Having ACL surgery usually requires a minimum of 9 months of rehab tailored towards getting you back into your sport.  This may sound like a long time, but returning to sport too early can have negative implications. Mainly increasing your risk of re-injury.  


ACL Surgery  

What surgery is there for ACL tears, and what you can expect? 

 The most common type of ACL surgery is a reconstruction of a new tendon called a graft.  This is typically a minimally invasive procedure done via keyhole surgery using an arthroscope (a small camera through which your surgeon passes tiny surgical instruments).  First, the damaged ACL is removed, and then the graft is attached in its place. There are different types of grafts. They include:   

  • Autografts - Formed from tissues taken from another part of your body (like tendon tissue strands from your hamstring or patella tendon)  
  • Allograft - Formed from tissues taken from another person's body 
  • Synthetic - Formed from an artificial source or donor. 

Rehab is paramount to your ACL recovery (with or without surgery) . Without rehab, ACL surgery is meaningless. All the top knee surgeons agree.  Your ACL rehab determines the success of your recovery. We recommend an evidence-based programme that's divided into four progressive phases. In our experience, this process takes 9 to 18 months to complete.  

Phase 1: Restore knee extension and reduce swelling  

Immediately after sustaining your injury or after your surgery, the muscles around your knee may feel weak, and your joint may be swollen and painful. In addition, you may not be able to completely straighten your knee.  During this stage of your recovery, the aim is to reduce swelling and pain and get your knee completely straight again. This phase typically takes 2-3 weeks.  


Phase 2: Strength & Neuromuscular control 

 After you've passed the criteria to move onto phase 2, the fun stuff begins!  You'll introduce a new set of exercises, including squats, lunges, leg presses, and more. These will continue throughout your rehab programme, becoming more complex as you advance through the various stages.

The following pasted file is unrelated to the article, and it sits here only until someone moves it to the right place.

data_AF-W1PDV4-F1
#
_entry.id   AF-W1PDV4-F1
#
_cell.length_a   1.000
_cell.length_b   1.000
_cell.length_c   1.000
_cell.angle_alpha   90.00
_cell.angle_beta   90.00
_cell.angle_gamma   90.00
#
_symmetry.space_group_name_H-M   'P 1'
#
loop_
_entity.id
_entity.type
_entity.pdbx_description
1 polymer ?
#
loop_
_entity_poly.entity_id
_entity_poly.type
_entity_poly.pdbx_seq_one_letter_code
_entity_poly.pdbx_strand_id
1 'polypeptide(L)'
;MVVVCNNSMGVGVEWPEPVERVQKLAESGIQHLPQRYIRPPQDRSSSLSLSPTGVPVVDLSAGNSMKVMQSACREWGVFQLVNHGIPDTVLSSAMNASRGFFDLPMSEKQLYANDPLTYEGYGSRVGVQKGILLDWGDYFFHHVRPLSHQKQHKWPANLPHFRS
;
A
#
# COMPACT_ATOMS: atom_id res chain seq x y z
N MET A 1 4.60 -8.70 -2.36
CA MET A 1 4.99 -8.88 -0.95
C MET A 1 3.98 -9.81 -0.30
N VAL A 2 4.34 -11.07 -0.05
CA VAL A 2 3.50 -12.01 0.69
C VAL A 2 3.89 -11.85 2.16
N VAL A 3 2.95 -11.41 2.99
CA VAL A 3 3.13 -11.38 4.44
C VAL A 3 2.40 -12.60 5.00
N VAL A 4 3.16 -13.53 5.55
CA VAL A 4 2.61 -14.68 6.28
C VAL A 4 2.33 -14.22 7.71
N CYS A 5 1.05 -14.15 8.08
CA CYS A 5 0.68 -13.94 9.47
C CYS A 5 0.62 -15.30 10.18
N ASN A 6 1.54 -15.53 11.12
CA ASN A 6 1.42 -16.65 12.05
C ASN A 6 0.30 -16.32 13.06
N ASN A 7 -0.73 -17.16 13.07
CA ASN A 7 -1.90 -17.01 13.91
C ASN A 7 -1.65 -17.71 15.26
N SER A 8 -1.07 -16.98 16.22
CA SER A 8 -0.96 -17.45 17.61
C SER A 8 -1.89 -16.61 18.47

Phase 3: Plyometrics 

After passing all the phase 2 criteria, you can ramp up the fun a little more and start introducing hopping, jumping, landing, and running movements.  These sport-specific functional activities need to be retrained for your to safely return to your sport.  


Phase 4: Return to Sport  

Until this moment you have been working towards Phase 1-3.  Before you get back to your sport, you and your Physiotherapist should discuss how and plan how you will do it.  


General guidelines for ACL rehab 

  • Follow each phase-specific exercise and test and only move on to the next phase once you have mastered the current one. 
  • You need to achieve your rehab goals in the correct order to ensure you fully recover. 
  • If you stop or skip steps in your rehab, you can worsen your current injury or increase your chances of re-injury when you eventually return to your sport.   



Now that you know how to get a diagnosis, choose the proper treatment, and understand the rehab process better, you can move on from your ACL injury in the right direction. Yes, the rehabilitation process is long and requires dedication and patience. But, with the right team supporting you, your progress can be smoother, and it can be a whole lot more fun! 


Our highly experienced and knowledgeable Physiotherapists can get you where you want to be. So, call us now and put your ACL recovery planning in our hands!